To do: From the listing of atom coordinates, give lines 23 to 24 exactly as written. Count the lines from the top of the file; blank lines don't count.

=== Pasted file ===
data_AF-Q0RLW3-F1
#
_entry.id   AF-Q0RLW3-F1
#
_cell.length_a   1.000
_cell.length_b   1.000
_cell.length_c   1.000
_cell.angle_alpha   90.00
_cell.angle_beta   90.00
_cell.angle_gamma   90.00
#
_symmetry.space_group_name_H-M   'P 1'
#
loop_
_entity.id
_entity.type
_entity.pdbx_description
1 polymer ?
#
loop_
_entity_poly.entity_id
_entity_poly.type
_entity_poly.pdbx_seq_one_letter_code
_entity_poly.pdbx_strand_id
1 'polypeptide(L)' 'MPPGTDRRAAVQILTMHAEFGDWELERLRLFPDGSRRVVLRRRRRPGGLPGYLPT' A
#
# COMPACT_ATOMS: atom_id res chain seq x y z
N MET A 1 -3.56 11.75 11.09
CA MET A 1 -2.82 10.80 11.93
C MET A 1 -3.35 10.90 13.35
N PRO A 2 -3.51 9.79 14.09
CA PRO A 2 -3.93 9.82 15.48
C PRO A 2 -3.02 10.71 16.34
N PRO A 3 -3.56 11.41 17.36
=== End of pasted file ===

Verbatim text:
_entity_poly.pdbx_seq_one_letter_code
_entity_poly.pdbx_strand_id